According to several expert analyses from the NGOs EARTH (2) and Arnika (3) focusing on different toxic hotspots in Thailand (4), people living near industrial sites do not have any official data on pollutants in emissions, they do not know to what extent the local industry can negatively affect their land, water, air, and the sources of their food, and they cannot defend themselves effectively against the damage to their health and valuable resources. Thai fishermen are noticing an increasing number of dying fish, the main source of food and communities' livelihood. Very dangerous organic pollutants are unfortunately ubiquitous in the Thai environment. Pollution is caused mainly by industrial activity.
“What we in Thailand actually need is an effective Pollutant Release and Transfer Register – to identify specific polluters and chemicals, to establish strict norms, and to collect the data regularly. This needs to be fully accessible for everyone so that we would all have free access to important environmental data affecting our health. It would also help lawsuits to be solved faster, not like the cases of the Wax Garbage Recycling Centre or Win Process Company, which took decades of complaints and petitions from local communities. We are well aware of the importance of capacitating and empowering communities affected by industrial pollution and their role in implementing a PRTR and we definitely want to support that,” explained Penchom Saetang, director of EARTH.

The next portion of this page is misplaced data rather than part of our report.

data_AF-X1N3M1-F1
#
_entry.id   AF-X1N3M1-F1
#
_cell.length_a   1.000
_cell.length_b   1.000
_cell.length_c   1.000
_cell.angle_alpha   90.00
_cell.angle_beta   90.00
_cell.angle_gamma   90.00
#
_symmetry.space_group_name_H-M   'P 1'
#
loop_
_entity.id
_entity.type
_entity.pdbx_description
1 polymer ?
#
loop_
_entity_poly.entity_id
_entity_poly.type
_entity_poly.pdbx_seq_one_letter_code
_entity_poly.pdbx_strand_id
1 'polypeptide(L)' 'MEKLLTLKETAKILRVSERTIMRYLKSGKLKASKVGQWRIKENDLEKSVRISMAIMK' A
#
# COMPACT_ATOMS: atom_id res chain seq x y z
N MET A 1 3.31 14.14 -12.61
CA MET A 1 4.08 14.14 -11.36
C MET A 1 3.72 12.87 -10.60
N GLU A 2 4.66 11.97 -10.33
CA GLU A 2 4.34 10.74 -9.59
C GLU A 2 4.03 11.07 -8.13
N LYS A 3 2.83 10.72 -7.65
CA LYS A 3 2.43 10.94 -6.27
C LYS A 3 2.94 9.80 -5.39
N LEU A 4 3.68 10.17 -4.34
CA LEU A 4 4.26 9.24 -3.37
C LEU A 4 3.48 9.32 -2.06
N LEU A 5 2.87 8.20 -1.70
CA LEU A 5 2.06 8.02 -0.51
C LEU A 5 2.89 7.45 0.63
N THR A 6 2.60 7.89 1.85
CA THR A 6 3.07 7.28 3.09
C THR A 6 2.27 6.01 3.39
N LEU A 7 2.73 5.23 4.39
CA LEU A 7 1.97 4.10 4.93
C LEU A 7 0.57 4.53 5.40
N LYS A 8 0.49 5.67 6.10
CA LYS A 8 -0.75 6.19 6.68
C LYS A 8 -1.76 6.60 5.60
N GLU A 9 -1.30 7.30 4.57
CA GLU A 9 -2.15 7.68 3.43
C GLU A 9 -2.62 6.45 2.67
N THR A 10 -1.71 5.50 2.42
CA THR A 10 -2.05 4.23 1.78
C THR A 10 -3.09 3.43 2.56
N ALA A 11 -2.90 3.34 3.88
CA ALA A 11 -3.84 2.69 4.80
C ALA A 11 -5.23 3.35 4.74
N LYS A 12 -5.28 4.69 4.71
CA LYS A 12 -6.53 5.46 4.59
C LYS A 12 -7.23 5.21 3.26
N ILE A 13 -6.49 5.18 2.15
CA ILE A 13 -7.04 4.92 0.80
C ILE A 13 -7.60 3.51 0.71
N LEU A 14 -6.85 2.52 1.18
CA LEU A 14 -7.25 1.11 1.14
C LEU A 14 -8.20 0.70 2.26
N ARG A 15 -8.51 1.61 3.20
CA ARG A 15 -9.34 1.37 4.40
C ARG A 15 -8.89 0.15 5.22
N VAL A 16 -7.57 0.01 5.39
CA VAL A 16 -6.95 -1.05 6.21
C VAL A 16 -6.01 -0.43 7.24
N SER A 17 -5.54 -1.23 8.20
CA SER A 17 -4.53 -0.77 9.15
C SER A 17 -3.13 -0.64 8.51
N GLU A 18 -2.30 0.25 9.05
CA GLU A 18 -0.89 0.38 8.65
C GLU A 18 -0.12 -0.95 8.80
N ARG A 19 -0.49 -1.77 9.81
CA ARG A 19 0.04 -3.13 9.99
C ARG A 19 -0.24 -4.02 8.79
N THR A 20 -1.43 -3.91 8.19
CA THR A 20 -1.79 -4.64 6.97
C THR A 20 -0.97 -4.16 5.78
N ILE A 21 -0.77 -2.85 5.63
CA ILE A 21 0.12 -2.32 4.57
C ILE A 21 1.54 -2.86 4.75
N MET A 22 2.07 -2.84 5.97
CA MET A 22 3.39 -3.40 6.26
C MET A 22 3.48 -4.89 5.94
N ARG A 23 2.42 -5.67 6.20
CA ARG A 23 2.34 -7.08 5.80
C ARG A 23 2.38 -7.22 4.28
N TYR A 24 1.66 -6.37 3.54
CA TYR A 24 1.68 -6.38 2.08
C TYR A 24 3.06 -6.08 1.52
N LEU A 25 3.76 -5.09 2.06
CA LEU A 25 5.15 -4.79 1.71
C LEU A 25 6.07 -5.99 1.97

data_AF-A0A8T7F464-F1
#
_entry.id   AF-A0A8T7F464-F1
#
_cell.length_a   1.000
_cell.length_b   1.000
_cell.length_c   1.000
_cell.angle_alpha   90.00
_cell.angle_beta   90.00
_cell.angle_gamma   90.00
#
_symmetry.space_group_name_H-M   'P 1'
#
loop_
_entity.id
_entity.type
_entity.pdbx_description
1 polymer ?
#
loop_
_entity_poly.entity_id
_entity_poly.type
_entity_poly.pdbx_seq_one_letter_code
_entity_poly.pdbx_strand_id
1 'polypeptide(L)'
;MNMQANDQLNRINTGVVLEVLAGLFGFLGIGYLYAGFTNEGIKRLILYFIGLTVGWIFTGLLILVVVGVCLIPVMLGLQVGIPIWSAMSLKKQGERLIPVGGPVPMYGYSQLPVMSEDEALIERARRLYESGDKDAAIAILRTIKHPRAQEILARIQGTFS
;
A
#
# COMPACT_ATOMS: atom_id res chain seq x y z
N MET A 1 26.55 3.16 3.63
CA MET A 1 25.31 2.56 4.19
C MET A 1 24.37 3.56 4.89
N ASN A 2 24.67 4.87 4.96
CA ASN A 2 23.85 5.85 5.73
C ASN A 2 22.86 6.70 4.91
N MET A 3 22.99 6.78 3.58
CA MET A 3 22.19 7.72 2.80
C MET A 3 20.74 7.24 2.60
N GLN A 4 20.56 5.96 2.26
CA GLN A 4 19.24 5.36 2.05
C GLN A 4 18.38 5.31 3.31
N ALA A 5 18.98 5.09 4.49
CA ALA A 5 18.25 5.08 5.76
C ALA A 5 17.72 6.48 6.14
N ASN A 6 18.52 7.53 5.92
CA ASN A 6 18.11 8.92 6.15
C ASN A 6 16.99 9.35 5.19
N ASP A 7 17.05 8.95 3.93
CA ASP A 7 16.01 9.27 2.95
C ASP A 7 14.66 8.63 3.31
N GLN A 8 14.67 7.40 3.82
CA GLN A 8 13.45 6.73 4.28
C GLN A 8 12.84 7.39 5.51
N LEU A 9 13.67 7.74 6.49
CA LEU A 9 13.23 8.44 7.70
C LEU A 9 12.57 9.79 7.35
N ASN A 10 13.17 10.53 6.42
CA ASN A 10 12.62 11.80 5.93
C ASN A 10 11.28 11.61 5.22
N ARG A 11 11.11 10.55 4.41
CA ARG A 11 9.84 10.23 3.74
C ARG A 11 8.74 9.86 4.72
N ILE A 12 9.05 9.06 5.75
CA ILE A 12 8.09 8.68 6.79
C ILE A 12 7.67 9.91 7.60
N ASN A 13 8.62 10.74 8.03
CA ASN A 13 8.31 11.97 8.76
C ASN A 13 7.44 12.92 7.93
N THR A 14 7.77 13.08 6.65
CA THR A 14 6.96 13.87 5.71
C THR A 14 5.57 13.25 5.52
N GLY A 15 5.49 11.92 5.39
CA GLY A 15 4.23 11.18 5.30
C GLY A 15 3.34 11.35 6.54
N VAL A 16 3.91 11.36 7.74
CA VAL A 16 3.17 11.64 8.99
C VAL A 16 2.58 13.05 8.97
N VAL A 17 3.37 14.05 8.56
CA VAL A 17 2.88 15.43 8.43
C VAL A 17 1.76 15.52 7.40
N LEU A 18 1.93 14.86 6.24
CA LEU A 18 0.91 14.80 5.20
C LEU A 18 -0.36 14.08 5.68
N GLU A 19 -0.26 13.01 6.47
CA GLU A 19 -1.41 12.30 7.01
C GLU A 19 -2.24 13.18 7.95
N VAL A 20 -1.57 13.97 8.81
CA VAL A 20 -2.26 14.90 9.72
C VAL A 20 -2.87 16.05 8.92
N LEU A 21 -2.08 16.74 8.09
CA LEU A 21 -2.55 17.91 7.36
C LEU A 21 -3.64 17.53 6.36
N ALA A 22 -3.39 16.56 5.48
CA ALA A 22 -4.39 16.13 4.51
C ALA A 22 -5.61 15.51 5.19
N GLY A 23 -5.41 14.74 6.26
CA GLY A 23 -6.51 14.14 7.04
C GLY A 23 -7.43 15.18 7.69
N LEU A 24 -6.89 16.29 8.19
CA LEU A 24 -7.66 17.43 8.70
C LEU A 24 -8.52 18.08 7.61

Quezon City, Philippines - A toxics watchdog group today announced that it has found more spray paints in the market that are contaminated with dangerously high concentrations of lead, a forbidden chemical in the manufacture of paints.